5. Die Antwoord premiered "Fatty Boom Boom" from their album TEN$SION

Last but not least, we think everyone's heard at least something about the new Die Antwoord video "Fatty Boom Boom" which features not only a lion eating Lady Gaga, but blackface as well. Scrolling through the Youtube page, we thought we'd share some of the more disturbing comments. Watch the full clip for the video here, and for a good read on the use of blackface in the video check out this article from Slate Magazine.

...and with that, check back next Thursday for our new weekly guide on African news!

Artwork: Barthélémy Toguo Lockdown Selfportrait 10, 2020. Courtesy Galerie Lelong & Co

1-54 Contemporary African Art Fair Goes to Paris in 2021

The longstanding celebration of African art will be hosted by Parisian hot spot Christie's for the first time ever.

In admittedly unideal circumstances, 1-54 Contemporary African Art Fair will be touching French soil in 2021. The internationally celebrated art fair devoted to contemporary art from Africa and the African diaspora will be hosted in Paris, France from January 20 - 23. With COVID-19 still having its way around the globe, finding new ways to connect is what it's all about and 1-54 is certainly taking the innovative steps to keep African art alive and well.
In partnership with Christie's, the in-person exhibits will take place at the auction house's city HQ at Avenue Matignon, while 20 international exhibitors will be featured online at And the fun doesn't stop there as the collaboration has brought in new ways to admire the talent from participating galleries from across Africa and Europe. The fair's multi-disciplinary program of talks, screenings, performances, workshops, and readings are set to excite and entice revelers.

Artwork: Delphine Desane Deep Sorrow, 2020. Courtesy Luce Gallery

The tech dependant program, curated by Le 18, a multi-disciplinary art space in Marrakech medina, will see events take place during the Parisian run fair, followed by more throughout February.
This year's 1-54 online will be accessible to global visitors virtually, following the success of the 2019's fair in New York City and London in 2020. In the wake of COVID-19 related regulations and public guidelines, 1-54 in collaboration with Christie's Paris is in compliance with all national regulations, strict sanitary measures, and security.

Artwork: Cristiano Mongovo Murmurantes Acrilico Sobre Tela 190x200cm 2019

1-54 founding director Touria El Glaoui commented, "Whilst we're sad not to be able to go ahead with the fourth edition of 1-54 Marrakech in February as hoped, we are incredibly excited to have the opportunity to be in Paris this January with our first-ever fair on French soil thanks to our dedicated partners Christie's. 1-54's vision has always been to promote vibrant and dynamic contemporary art from a diverse set of African perspectives and bring it to new audiences, and what better way of doing so than to launch an edition somewhere completely new. Thanks to the special Season of African Culture in France, 2021 is already set to be a great year for African art in the country so we are excited to be playing our part and look forward, all being well, to welcoming our French friends to Christie's and many more from around the world to our online fair in January."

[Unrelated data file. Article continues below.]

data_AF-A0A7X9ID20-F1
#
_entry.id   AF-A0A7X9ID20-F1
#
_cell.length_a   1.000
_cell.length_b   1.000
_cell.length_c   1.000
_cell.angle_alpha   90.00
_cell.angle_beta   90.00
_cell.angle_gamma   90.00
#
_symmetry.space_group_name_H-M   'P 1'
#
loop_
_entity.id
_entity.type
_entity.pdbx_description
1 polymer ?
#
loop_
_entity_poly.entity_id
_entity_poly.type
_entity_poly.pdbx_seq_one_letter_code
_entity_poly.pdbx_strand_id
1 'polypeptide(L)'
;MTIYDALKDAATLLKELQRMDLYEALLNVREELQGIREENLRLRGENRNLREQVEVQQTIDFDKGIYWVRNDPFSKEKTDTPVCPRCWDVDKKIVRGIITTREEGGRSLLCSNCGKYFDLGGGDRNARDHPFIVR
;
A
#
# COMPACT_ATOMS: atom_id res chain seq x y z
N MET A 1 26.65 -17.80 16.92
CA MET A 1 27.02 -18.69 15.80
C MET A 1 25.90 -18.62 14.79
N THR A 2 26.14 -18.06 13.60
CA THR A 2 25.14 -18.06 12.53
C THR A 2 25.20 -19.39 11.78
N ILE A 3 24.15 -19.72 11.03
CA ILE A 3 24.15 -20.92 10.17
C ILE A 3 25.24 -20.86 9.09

Julien Pradels, General Director of Christie's France, said, "Christie's is delighted to announce our second collaboration with 1-54, the Contemporary African Art Fair, following a successful edition in London this October. Paris, with its strong links to the continent, is a perfect place for such a project and the additional context of the delayed Saison Africa 2020 makes this partnership all the more special. We hope this collaboration will prove a meaningful platform for the vibrant African art scene and we are confident that collectors will be as enthusiastic to see the works presented, as we are."

Artwork: Kwesi Botchway Metamorphose in July, 2020. Courtesy of the artist and Gallery 1957

Here's a list of participating galleries to be on the lookout for:


31 PROJECT (Paris, France)
50 Golborne (London, United Kingdom)
Dominique Fiat (Paris, France)
Galerie 127 (Marrakech, Morocco)
Galerie Anne de Villepoix (Paris, France)
Galerie Cécile Fakhoury (Abidjan, Côte d'Ivoire/ Dakar, Senegal)
Galerie Eric Dupont (Paris, France)
Galerie Lelong & Co. (Paris, France / New York, USA)
Galerie Nathalie Obadia (Paris, France / Brussels, Belgium)
Galleria Continua (Beijing, China / Havana, Cuba / Les Moulins, France / San Gimignano, Italy / Rome, Italy)
Gallery 1957 (Accra, Ghana / London, United Kingdom)
Loft Art Gallery (Casablanca, Morocco)

Luce Gallery (Turin, Italy)
MAGNIN-A (Paris, France)
Nil Gallery (Paris, France)
POLARTICS (Lagos, Nigeria)
SEPTIEME Gallery (Paris, France)
This is Not a White Cube (Luanda, Angola) THK Gallery (Cape Town, South Africa) Wilde (Geneva, Switzerland)

For more info visit 1-54